Get on board, slick as a whistle | Travel

Get on board, slick as a whistle | Travel

Travelers line up at a security checkpoint area in Terminal 3 at O'Hare airport in Chicago, Tuesday, Nov. 21, 2017. (AP Photo/Nam Y. Huh)

Nam Y. Huh

If you're getting on a plane during the holidays, the rules for security have changed. Again. Here are some ground rules holiday fliers should know.

What's up with electronics on domestic flights?

You'll find stricter screening of electronic devices at many airports, such as Los Angeles International Airport and Orange County's John Wayne Airport.

What does "stricter screening" mean?

Any electronic device larger than a 4-by-6-inch cellphone must come out of your carry-on bag when you go through airport screening.

Tablet? Put it in a bin. Keyboard for your tablet or smartphone? Bin. E-reader? Bin. Large camera such as a DSLR? Bin. Laptop? Of course, a bin (and that's not new). Electronic label maker? Bin. (You're using it for place cards, right?)

Basically, said Lorie Dankers, a Transportation Security Administration representative, any electronic device larger than the aforementioned size that has a battery and circuitry must be screened.

Isn't that going to slow things down?

In the best of all possible worlds, it will not because you are prepared. You have all your electronics together and you can whip them out of your bag.

But be prepared for those who are not reading this column (and presumably other travel-related columns) because they may be surprised.

It's also true that many people travel just once a year, so they may be extra flummoxed by what has changed from last year.

Not you, of course. But here's something that could trip you up: You aren't used to having to take those things out of your bag so you may not remember to pick them up afterward.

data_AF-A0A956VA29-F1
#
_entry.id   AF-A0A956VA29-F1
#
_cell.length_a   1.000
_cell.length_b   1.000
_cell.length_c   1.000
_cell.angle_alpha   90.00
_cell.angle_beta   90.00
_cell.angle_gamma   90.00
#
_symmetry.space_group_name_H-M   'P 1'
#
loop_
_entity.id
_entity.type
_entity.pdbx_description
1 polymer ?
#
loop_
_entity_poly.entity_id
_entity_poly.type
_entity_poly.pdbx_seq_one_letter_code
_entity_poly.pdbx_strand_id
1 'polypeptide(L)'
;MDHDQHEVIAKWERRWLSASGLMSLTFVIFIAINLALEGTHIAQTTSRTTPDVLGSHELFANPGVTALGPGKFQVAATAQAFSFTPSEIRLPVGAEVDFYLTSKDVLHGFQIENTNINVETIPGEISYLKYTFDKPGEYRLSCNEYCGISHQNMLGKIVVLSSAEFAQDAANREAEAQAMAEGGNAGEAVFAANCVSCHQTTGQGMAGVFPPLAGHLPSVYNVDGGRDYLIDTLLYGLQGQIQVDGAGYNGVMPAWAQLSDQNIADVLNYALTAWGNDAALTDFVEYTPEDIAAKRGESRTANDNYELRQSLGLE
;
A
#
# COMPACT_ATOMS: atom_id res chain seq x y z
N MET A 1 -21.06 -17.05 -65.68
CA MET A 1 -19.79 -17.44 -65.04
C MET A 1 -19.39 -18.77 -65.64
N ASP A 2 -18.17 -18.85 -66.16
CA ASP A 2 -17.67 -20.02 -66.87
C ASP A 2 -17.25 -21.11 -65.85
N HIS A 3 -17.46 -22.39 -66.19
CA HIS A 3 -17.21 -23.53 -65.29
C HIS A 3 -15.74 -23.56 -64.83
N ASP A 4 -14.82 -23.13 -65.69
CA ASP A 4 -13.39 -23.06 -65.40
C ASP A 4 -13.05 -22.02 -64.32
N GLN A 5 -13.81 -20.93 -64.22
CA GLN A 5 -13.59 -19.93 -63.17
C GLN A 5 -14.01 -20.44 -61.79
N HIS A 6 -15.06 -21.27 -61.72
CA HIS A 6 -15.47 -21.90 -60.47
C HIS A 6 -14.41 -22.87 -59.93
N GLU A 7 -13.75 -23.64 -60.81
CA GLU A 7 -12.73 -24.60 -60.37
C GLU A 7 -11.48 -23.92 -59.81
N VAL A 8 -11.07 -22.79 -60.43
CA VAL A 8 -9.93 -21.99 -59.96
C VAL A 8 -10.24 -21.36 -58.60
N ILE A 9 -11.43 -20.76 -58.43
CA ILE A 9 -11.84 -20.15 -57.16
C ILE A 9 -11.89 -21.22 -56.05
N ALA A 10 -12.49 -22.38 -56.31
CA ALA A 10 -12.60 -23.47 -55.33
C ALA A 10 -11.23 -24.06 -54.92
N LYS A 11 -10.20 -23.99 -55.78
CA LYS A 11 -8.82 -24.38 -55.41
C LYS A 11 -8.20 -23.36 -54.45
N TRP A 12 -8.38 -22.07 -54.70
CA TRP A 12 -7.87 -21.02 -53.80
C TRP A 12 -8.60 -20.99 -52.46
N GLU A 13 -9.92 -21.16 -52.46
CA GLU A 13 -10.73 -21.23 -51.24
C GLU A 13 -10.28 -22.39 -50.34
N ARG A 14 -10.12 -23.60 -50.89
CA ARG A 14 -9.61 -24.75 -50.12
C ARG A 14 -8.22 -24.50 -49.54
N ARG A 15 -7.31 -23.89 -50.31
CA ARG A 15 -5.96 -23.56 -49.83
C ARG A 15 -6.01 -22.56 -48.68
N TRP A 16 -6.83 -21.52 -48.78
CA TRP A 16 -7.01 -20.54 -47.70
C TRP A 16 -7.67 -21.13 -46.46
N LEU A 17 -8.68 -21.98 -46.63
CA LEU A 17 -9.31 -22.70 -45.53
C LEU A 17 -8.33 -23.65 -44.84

Dankers suggests keeping a mental checklist for your journey through security.

To that I would add something that retired LAPD Detective Kevin Coffey, an expert on travel safety, has drilled into my head: Put your name and contact information on your electronics just in case your mental checklist fails.

On my cellphones, I have created a lock-screen message that shows where to call if they're found. You can find a tutorial that tells you how at lat.ms/customlockscreen.

The message also directs the finder to remove the case to find my business card. (Do not put your home address in there.)

Just as easily, you can tape your contact info to just about any object. Your chances of getting it back are far better, TSA and Coffey have told me.

But I have TSA PreCheck. Am I not exempt from this electronics screening?

You are. Until you're not.

If you have PreCheck, available through TSA ($85 for five years at www.tsa.gov/precheck) or as part of Global Entry ($100 for five years and includes expedited screening at Customs at lat.ms/globalentryprecheck), you generally don't have to do the security line juggling act.

But here's when you do, and this just happened to me: If the PreCheck line is not in operation because there's not enough traffic, you have to take out all that electronic stuff.

I wasn't expecting this and found myself in the line where the non-Pre folks dwell. I was scrambling to grab the tablet and the laptop.

As I was talking with Dankers, it dawned on me I should have removed my portable keyboard and didn't.

It wasn't that my mental checklist failed me; it's that I never thought of the keyboard. Nothing happened to me … this time.

But note to self and readers: Review what's in your bag before your trip. Corral those things with batteries and circuitry so you can remove them easily just in case.

Is that it?

No. There's one more important electronics piece of the puzzle and it's this: Make sure those electronics are charged, Dankers said.

You may be asked to turn them on.

In that event, you may need an external battery charger, which comes in a variety of strengths and sizes.

Second note to self and readers: Make sure you have saved the phone number of the airline you're flying.

I'm flying to the U.S. from a foreign airport. Anything I should know?

Last month the Department of Homeland Security implemented additional screening measures for fliers from abroad.

What are they and when will I encounter them?

We can't say for sure because, Homeland Security's website says, "We cannot discuss specific timelines or measures, but some were required immediately, while others will be implemented over time, in coordination with our international partners."

Whether domestically or internationally, what's the most important thing to have with me?

Besides an external battery, good cheer. And we don't mean the bottled kind.